Nanette’s Baguette by Mo Willems

I’m about to fly out to NCTE in Atlanta, but I want to post a new review before I head off for the conference and Thanksgiving break!

I was so excited to share Nanette’s Baguette (2016, Hyperion) by Mo Willems with my children’s literature students last week. We did some fun multimodal activities with the text. I’ll share a teaching idea below!

In line with other books by Mo Willems, Nannette’s Baguette does not disappoint. Its words and pictures are colorful and vibrant. Nannette’s mom asks Nanette to “get the baguette,” but Nanette’s hunger overcomes her and she returns home with the baguette in her stomach!  But the story only repeats itself when Nanette’s mom comes out with her to get the second baguette….

Here’s what I LOVE about the book:

(1) I can’t help it. I LOVE that it’s a book about bread. As a bread lover, I needed a book like this that validates my complete and utter obsession with eating an entire baguette before dinner.

(2) Okay, okay, this will be a serious reason. I love the story of how Willems composed the pages. The visual nature of the book is so amazing, and I shared this quick video with my students so they could see the process.

(3) Willems has the ability to move stories along with his energetic language. Full of words that rhyme with – yep! you guessed it – baguette, Nanette’s Baguette is sure to be a read-aloud favorite – for adults and kids alike!

Teaching Idea

It just made sense for me to have students respond in multiple modes to Nanette’s Baguette. Here’s a snapshot of what I did in my lesson with preservice teachers. I think there are ways to adapt this lesson for students in all grades.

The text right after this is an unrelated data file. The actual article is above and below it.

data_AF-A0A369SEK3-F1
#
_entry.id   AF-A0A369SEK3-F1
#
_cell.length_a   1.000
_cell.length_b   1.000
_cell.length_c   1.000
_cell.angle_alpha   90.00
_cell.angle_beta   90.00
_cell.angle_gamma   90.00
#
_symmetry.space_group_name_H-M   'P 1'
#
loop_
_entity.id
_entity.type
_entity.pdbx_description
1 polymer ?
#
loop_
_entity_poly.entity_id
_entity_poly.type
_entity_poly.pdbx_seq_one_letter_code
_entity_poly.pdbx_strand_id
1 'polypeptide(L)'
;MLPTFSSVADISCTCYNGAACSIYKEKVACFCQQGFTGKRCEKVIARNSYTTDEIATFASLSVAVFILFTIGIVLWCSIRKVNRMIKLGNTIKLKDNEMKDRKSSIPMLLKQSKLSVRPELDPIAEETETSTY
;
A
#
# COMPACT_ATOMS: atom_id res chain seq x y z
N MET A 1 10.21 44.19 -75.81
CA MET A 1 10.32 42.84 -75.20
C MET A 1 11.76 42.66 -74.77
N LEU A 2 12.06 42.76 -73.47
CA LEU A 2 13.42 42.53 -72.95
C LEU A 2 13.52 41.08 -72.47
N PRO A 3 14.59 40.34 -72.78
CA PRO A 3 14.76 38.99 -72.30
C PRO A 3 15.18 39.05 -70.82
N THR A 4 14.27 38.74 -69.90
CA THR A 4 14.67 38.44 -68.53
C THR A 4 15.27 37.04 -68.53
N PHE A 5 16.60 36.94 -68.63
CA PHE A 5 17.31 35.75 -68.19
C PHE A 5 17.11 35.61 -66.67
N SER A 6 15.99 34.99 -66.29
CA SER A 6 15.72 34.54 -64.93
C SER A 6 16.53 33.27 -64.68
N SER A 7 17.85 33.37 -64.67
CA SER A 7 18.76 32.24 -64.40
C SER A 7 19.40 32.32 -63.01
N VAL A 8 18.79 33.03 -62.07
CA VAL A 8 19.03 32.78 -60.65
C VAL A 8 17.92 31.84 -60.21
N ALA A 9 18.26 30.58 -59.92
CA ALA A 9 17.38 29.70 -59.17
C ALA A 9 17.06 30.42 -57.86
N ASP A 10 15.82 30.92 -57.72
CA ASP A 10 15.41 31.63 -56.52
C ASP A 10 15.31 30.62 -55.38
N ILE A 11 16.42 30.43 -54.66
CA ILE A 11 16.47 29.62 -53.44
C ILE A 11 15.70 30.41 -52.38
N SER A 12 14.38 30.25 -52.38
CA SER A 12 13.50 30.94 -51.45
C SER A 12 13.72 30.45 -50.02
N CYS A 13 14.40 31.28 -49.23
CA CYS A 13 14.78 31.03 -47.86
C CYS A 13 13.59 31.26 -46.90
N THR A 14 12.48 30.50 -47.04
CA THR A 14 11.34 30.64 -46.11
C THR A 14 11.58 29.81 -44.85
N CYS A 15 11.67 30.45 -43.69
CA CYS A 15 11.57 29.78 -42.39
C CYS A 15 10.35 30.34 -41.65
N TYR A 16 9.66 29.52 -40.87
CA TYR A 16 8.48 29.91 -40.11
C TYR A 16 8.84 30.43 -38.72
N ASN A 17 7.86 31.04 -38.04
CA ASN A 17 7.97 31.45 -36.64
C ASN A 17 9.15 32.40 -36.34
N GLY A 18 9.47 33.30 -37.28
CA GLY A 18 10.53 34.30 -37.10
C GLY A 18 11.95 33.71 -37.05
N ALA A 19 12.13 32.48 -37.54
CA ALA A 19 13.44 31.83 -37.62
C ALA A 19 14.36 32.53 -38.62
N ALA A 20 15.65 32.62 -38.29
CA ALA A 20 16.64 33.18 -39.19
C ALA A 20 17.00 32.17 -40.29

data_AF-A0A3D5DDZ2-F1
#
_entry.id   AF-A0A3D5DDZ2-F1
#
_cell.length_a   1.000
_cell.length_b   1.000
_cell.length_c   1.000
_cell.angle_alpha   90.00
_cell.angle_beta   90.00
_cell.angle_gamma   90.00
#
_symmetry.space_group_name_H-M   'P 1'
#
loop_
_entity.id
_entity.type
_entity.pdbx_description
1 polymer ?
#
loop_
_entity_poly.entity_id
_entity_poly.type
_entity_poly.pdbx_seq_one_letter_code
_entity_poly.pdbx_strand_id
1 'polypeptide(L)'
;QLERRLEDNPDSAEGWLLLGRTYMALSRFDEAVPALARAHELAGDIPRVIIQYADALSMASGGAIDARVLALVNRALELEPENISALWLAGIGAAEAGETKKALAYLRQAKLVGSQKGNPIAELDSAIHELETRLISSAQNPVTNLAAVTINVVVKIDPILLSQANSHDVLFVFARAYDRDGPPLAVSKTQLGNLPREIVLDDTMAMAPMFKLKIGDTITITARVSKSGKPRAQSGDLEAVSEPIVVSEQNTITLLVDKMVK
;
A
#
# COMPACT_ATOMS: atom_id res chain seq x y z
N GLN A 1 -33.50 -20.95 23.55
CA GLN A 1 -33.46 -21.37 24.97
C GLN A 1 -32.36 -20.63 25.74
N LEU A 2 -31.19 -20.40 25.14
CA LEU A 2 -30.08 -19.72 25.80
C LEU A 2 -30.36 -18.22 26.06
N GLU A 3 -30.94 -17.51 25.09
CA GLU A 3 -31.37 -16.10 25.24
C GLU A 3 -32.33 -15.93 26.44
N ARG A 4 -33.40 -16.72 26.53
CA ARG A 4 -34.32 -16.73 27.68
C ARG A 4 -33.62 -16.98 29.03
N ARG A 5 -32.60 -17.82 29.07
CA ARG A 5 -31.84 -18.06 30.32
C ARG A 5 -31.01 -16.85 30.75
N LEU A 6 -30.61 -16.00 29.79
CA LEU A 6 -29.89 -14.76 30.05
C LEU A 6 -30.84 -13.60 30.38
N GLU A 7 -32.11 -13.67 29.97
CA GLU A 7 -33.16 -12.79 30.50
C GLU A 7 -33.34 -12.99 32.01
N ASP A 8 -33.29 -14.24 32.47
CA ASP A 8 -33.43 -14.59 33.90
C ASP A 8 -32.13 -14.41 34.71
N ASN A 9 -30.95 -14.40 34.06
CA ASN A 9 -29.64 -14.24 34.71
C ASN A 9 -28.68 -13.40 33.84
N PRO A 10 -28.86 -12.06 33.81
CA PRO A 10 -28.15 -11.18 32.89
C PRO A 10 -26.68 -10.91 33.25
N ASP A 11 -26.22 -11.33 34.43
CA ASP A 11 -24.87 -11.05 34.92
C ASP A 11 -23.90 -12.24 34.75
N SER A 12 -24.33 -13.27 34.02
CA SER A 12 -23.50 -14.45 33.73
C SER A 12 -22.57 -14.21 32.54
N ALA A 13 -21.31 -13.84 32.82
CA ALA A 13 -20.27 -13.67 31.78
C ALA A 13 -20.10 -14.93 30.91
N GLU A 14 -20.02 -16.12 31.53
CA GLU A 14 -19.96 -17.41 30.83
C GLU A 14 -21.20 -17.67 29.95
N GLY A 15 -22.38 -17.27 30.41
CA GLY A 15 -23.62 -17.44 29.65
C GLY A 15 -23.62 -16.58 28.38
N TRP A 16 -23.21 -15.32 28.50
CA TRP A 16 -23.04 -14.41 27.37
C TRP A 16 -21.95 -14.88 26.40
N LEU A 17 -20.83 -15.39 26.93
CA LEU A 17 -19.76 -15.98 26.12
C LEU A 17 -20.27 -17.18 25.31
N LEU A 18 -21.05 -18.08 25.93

• I introduced the idea of multimodality by showing DJ Earworm‘s Summermash ’16 and Jacob Frey’s short digital film “The Present.” My students and I discussed the modes present in these texts. You can use these texts or select others that fit your students better.
  • Students previewed the text by creating a list of all of the modes (e.g. fonts, illustrations, etc.) in Nanette’s Baguette.
  • Students created tableaux, or frozen pictures, of the book’s major scenes. My dad (a theatre professor) and I have been doing tableaux with our students for decades. We were way ahead of the mannequin challenge!  I had my students photograph each others’ tableaux.
  • Students created collages with magazine clippings to represent the book’s major scenes or how they felt about the text. Students photographed their collages.
  • Students created an account in Adobe Spark and selected a song that went along with the book.
  • Finally, students created a short digital film using Adobe Spark in which they incorporated multiple modes (movement, visual art, and music) to recreate Nanette’s Baguette in different modes or convey their reaction to the book.

I’ve done the lesson a few times and in a few variations. What I love about it is it provides students the opportunity to react to a multimodal children’s picture book in multiple modes. I’d love to hear about the multimodal activities in which you and your students engage.

Rating: img-thingimg-thingimg-thingimg-thingimg-thing

If you like what you see, you can share this post with your friends and colleagues via your social media account! Happy reading!

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